New Research Suggests Autism Link to MMR

By John von Radowitz, Science Correspondent, PA News
Aug 2002
3:05am (UK)

Campaigners were calling for more research to be conducted following new evidence from the the United States suggesting a link between measles, mumps and rubella vaccine (MMR) and autism.

Scientists at Utah State University in Logan have found a strong association between the vaccine and an autoimmune reaction thought to play a role in autism.

David Potter, head of information and policy at the National Autistic Society, said: “The NAS would be keen to see further independent research to replicate these findings, which might provide a way forward in understanding and treating the condition.”

Keith Lovett, of Autism Independent UK, said: “Parents have been suspecting this for many years now but research was needed in the area to back it up or put it to bed.

“It’s certainly not going to go away until it’s done properly. Proper trials are needed. Supposed research has been done by the Government but there are different weights of research as you know.

“This research has to be replicated by other researchers to get the full weight behind it. We have to sit and wait a little while longer so people can back it all up with more evidence.”

The team led by Dr Vijendra Singh analysed blood samples from 125 autistic children and 92 children who did not have the developmental disorder.

The researchers found a “significant increase” in the level of MMR antibodies in the autistic children.

Part of the measles component of the vaccine caused an unusual anti-measles response in 75 of the autistic children, but not in the normal children.

More than 90% of the autistic samples which showed an immune response to MMR were also positive for antibodies thought to be involved in autism.

These antibodies attack the brain by targeting the basic building blocks of myelin, the insulating sheath that covers nerve fibres.

Dr Singh has suggested that this autoimmune response may be the root cause of autism.

The US scientists, who report their findings in the latest issue of the Journal of Biomedical Science, concluded: “Stemming from this evidence, we suggest that an inappropriate antibody response to MMR, specifically the measles component thereof, might be related to pathogenesis of autism.”

Dr Singh has published previous work indicating a link between MMR and autism. He has argued for years that autism can be traced to an autoimmune reaction centred on the brain.

David Potter of the National Autistic Society said: “This current research offers a plausible explanation of underlying pathophysiology in some children with autism.

“Although the National Autistic Society has yet to see the full paper it welcomes such studies into the underlying pathophysiology in these children.”

The new study will fuel more controversy over MMR fears, which have been blamed for downturns in the number of children being vaccinated.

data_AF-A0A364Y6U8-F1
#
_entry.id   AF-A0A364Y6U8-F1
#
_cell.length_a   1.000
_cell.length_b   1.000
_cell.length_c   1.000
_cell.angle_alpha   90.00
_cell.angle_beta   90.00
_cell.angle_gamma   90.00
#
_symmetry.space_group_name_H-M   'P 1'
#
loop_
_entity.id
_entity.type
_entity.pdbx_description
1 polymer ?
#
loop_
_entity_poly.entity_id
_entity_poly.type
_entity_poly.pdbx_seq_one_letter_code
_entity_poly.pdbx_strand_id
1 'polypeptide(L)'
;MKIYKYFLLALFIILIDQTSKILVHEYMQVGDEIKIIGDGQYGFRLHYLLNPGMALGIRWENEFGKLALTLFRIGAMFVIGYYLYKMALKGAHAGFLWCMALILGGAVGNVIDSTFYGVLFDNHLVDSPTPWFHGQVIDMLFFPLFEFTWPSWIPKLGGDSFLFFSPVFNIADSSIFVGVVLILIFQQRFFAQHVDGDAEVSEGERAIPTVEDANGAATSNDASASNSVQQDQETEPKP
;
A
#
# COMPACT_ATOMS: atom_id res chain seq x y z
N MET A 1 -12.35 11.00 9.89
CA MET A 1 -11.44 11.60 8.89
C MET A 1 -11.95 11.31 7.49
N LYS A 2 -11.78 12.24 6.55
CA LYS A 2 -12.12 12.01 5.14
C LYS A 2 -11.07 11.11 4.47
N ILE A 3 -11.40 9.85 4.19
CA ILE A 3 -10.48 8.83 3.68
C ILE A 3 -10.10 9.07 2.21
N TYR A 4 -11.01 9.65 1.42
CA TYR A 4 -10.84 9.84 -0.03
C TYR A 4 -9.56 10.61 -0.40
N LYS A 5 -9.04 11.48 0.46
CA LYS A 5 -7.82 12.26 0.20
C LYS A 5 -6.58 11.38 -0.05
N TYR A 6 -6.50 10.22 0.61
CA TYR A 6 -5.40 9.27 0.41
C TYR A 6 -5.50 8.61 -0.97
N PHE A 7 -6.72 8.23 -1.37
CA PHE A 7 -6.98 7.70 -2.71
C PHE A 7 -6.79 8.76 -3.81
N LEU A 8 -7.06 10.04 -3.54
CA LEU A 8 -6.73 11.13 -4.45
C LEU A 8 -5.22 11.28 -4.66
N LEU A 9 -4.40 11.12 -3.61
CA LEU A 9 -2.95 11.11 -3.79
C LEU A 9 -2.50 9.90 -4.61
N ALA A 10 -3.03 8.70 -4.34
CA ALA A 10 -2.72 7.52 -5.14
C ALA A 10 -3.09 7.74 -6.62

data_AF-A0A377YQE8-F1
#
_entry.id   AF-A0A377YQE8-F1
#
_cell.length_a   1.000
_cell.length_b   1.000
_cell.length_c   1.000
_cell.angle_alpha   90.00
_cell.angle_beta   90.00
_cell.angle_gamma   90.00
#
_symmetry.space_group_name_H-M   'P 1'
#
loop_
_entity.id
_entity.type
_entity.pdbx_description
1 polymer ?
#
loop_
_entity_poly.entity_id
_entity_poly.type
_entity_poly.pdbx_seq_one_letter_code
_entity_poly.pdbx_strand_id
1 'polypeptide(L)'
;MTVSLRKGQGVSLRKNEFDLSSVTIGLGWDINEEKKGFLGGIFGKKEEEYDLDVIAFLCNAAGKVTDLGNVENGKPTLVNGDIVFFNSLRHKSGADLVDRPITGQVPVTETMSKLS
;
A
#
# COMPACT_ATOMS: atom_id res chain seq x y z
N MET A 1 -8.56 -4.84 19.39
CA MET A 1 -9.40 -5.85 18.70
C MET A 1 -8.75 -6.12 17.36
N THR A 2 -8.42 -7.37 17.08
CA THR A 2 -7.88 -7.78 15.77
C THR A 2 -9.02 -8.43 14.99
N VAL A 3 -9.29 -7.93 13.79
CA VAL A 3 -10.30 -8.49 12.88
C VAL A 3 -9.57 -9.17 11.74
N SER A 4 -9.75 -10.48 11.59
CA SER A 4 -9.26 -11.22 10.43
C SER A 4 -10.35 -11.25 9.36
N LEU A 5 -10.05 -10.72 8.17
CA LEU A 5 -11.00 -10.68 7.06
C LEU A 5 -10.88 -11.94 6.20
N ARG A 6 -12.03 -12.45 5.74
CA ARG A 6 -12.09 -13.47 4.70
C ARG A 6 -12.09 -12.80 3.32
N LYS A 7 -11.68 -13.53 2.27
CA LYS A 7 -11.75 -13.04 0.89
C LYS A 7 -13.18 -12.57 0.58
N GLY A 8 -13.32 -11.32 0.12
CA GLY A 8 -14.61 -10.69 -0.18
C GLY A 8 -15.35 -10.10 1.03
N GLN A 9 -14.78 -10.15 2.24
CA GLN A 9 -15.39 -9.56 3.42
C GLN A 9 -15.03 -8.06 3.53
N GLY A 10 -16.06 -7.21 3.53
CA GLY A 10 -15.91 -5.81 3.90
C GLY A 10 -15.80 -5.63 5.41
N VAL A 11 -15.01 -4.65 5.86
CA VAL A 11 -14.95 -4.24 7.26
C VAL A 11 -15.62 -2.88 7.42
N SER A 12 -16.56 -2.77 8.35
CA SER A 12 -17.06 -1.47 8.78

MMR vaccine uptake in the UK for 16 month-old children dropped from 76.2% to 70.1% between December and March, but then rose to 72% in April.

Immunisation for 24-month-old children fell from 85.8% to 84.4% over the same winter period and then increased to 85.9%.

The Public Health Laboratory Service said the dips were probably due to “intense adverse publicity” about MMR over the Christmas and New Year period.

The PHLS, Department of Health and British Medical Association have all consistently driven home the message that the vaccine is safe.

Public health experts have warned that low uptake of MMR could increase the risk of measles outbreaks.

But the pressure group Jabs (justice, awareness and basic support), which believes parents are right to be worried about MMR, said the new research strengthened its case.

Jonathan Harris, the group’s West Midlands spokesman, said: “The evidence is building up tremendously. I really feel there’s a very, very strong case now for suspending MMR use while further investigations are carried out.

“We have said all along that it affects only a certain subset of children, causing a new type of autism in children whose immune systems have not really been tested fully.”

He stressed that Jabs was not anti-MMR but wanted parents to be allowed to choose single rather than multiple vaccines.

“At the moment parents only have the choice of MMR or nothing,” he said. “We think that’s irresponsible of the Department of Health.”

Keith Lovett, of Autism Independent UK, said the Government had “bullied” parents into using the MMR vaccine, making it harder for them to get access to single vaccine.

“Certainly the Government has gone out of its way to make sure you can’t get singles. You have to have inoculation of the triple or nothing at all.

“There are lots of questions which now come into play, like: ‘What are they (the Government) hiding behind?, is the Government in hot water if there is an association?, will there be claims against the Government?.”

Both the BMA and the Department of Health said yesterday they could not comment before allowing experts to look at the full research paper.